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Pedagogy Ponderings

The Story of Work

We were fortunate enough to have Mark Church from Harvard Project Zero come to our school for our PD day. We spent the day engaged in a variety of activities mixed with provocative questions and excellent scenarios. What I enjoy most about days like this is being at mixed tables with staff members I don’t normally get the chance to work with. We had quite a lively table and some thought-provoking conversations.

One of his questions that still sticks with me is ‘Are we teaching the kids who are going to do it anyway or are we teaching everyone else?’ The idea being that in every institution at every level, there are students who are going to do whatever is put in front of them–even if it’s boring, even if it’s not engaging–and do it well. If we gear our education to the students who will do it anyway, where does that leave everyone else? How do we engage the rest of the class? How does technology help us to reach everyone? Who is education for in your class and what does it look like? Change thinking, change learning, change working.

These ideas are in line with much of the current conversation around changing education. (See Sir Ken Robinson: Changing Education Paradigms). What I like most about these conversations is that technology is finally coming to the forefront. The conversation is no longer about ‘should we use technology to enhance learning?’ but rather HOW can we use technology? We have to already assume that it’s part of the picture–embedded and intwined. The conversation switches towards good practice and is about teaching and learning rather than about the technology on it’s own. Finally!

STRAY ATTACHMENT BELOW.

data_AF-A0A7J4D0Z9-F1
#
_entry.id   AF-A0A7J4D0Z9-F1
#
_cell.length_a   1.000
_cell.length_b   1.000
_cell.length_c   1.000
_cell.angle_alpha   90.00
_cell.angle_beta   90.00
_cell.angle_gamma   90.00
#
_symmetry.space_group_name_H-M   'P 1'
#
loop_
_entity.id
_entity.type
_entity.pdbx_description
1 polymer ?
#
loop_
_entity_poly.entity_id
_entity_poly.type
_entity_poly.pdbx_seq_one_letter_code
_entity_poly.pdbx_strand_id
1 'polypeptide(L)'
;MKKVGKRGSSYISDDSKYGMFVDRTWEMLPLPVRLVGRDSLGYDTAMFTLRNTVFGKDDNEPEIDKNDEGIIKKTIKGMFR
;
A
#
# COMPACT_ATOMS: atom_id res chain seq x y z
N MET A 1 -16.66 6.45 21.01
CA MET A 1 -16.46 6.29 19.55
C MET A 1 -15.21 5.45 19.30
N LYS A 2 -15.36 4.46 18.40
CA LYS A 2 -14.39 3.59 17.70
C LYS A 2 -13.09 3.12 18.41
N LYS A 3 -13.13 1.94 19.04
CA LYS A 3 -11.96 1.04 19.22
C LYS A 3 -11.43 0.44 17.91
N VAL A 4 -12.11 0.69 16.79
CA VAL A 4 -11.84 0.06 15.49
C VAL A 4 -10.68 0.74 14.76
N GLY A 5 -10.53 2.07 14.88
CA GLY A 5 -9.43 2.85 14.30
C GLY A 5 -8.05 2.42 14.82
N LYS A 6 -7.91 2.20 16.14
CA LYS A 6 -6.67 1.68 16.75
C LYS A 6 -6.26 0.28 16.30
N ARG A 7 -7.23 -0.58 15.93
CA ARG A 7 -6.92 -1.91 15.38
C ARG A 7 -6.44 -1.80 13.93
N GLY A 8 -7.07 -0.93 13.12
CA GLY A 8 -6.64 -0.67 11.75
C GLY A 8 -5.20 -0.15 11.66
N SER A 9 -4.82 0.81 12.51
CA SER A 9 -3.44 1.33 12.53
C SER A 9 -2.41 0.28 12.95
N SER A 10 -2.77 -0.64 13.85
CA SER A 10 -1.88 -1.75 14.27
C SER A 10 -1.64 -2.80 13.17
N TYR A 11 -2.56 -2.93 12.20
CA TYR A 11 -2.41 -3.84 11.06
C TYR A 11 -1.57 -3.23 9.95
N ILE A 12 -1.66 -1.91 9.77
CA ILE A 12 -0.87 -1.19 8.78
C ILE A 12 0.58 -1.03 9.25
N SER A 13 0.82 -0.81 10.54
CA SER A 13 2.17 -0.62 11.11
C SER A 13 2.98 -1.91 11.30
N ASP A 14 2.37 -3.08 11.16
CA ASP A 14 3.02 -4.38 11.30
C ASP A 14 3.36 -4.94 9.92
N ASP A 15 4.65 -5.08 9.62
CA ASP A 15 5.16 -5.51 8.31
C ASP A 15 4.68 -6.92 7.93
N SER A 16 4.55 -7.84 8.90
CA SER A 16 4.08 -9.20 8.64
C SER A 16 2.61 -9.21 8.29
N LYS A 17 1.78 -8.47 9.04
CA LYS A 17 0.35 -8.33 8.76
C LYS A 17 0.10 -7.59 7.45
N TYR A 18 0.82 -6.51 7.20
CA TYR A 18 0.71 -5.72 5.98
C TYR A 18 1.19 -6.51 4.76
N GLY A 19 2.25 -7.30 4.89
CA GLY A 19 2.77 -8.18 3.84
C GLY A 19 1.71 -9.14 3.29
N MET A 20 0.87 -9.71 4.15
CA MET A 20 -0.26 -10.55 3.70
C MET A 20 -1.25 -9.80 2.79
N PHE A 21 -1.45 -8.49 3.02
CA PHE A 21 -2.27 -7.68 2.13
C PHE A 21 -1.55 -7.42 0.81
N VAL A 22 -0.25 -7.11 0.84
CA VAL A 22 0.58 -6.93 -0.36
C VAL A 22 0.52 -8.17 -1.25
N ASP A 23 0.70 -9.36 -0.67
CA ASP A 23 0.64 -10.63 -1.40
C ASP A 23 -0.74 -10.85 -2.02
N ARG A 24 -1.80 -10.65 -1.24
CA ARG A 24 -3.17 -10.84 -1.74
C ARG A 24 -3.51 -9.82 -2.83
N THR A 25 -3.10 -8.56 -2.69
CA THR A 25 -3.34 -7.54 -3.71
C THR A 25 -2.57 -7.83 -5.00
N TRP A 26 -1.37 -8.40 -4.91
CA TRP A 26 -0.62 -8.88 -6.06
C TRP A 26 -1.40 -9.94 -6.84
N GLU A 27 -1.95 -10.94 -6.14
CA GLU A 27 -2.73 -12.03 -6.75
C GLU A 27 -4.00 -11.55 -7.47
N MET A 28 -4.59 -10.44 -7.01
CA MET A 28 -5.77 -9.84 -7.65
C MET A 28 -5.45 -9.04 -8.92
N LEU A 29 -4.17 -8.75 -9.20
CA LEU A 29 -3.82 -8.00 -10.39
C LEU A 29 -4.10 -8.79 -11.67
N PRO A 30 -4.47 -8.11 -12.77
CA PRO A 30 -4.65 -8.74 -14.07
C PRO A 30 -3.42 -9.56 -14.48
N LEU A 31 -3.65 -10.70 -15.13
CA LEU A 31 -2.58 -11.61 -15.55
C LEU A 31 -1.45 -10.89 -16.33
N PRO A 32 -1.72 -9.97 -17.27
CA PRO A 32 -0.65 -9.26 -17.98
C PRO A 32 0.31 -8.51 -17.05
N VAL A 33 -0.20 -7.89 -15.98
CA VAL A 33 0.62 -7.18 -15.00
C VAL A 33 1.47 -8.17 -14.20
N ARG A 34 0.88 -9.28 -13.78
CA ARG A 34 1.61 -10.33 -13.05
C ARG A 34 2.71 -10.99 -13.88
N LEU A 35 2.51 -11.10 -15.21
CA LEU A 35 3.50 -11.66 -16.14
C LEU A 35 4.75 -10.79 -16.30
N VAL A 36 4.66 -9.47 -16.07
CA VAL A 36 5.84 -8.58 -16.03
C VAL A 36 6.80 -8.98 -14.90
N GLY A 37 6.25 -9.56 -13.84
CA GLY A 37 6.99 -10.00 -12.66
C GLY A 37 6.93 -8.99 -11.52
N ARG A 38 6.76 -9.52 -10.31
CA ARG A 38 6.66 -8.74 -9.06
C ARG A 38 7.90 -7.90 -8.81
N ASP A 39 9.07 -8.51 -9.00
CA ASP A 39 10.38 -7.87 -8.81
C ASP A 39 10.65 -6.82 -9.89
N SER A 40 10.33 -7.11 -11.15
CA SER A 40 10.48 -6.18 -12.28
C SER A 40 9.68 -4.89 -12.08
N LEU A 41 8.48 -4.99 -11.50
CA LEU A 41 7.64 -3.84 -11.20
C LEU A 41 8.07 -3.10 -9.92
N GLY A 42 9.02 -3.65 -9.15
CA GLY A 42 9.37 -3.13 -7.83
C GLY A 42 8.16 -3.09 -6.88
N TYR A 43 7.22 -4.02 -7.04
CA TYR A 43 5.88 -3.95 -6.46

Pedagogy Ponderings

Fitting it all together: ATL, ISTE and more

Today my group of fabulous Digital Leader teachers worked together with me to attempt to fit the new  2016 ISTE Standards for Students (which btw are much better) under the Approaches to Learning for PYP (ATL–formerly ‘transdisciplinary skills). I have long believed that there is no need to have loads of separate documents for tech and library media because the ATL seems to house most of it–it’s just not clear on the details. So, we began. We went old-school today and I printed out the ATL statements on strips of paper and stuck them onto individual sheets of paper.This gave us room to move things around, write in questions and ideas and document our own thinking. I handed out the new ISTE standards on strips as well and in teams we began laying them under the ATL we thought it best fit with.

Lo and behold, we were able to do it. We had a convenient sheet called ‘OTHER’ where we stuck any ISTE standards that didn’t have a natural fit. As expected, what was leftover were the ‘Innovative Designer’ standards. In our conversation afterwards, we agreed that these should come up as part of our units of inquiry and be recognised there, but we’ll continue that conversation.

Our next steps are to flush out more detail for what the ISTE Standards look like across the grade levels and include samples and ideas. By the end of this school year we hope to have a document that is both relevant and used across the primary school to document and map our use of the ISTE Standards in relation to the ATL. Watch this space….

Pedagogy Ponderings